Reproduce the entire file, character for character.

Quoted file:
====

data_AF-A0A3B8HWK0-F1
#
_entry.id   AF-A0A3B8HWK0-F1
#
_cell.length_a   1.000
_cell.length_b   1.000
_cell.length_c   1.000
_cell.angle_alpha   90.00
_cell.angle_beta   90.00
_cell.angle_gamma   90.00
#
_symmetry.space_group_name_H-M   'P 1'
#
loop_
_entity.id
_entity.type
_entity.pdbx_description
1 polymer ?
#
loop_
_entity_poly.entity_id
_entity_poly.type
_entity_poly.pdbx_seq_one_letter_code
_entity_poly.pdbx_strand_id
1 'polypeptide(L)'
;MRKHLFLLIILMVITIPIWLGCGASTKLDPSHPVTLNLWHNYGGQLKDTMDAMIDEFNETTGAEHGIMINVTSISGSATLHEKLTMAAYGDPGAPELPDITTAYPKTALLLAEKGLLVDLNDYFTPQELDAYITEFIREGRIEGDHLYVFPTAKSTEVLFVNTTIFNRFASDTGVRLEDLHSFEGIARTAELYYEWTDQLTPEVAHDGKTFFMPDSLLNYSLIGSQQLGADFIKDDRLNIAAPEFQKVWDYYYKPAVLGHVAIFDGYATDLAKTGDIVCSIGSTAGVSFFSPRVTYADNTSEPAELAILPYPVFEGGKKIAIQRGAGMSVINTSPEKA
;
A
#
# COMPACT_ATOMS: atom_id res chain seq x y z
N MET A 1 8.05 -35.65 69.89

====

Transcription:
data_AF-A0A3B8HWK0-F1
#
_entry.id   AF-A0A3B8HWK0-F1
#
_cell.length_a   1.000
_cell.length_b   1.000
_cell.length_c   1.000
_cell.angle_alpha   90.00
_cell.angle_beta   90.00
_cell.angle_gamma   90.00
#
_symmetry.space_group_name_H-M   'P 1'
#
loop_
_entity.id
_entity.type
_entity.pdbx_description
1 polymer ?
#
loop_
_entity_poly.entity_id
_entity_poly.type
_entity_poly.pdbx_seq_one_letter_code
_entity_poly.pdbx_strand_id
1 'polypeptide(L)'
;MRKHLFLLIILMVITIPIWLGCGASTKLDPSHPVTLNLWHNYGGQLKDTMDAMIDEFNETTGAEHGIMINVTSISGSATLHEKLTMAAYGDPGAPELPDITTAYPKTALLLAEKGLLVDLNDYFTPQELDAYITEFIREGRIEGDHLYVFPTAKSTEVLFVNTTIFNRFASDTGVRLEDLHSFEGIARTAELYYEWTDQLTPEVAHDGKTFFMPDSLLNYSLIGSQQLGADFIKDDRLNIAAPEFQKVWDYYYKPAVLGHVAIFDGYATDLAKTGDIVCSIGSTAGVSFFSPRVTYADNTSEPAELAILPYPVFEGGKKIAIQRGAGMSVINTSPEKA
;
A
#
# COMPACT_ATOMS: atom_id res chain seq x y z
N MET A 1 8.05 -35.65 69.89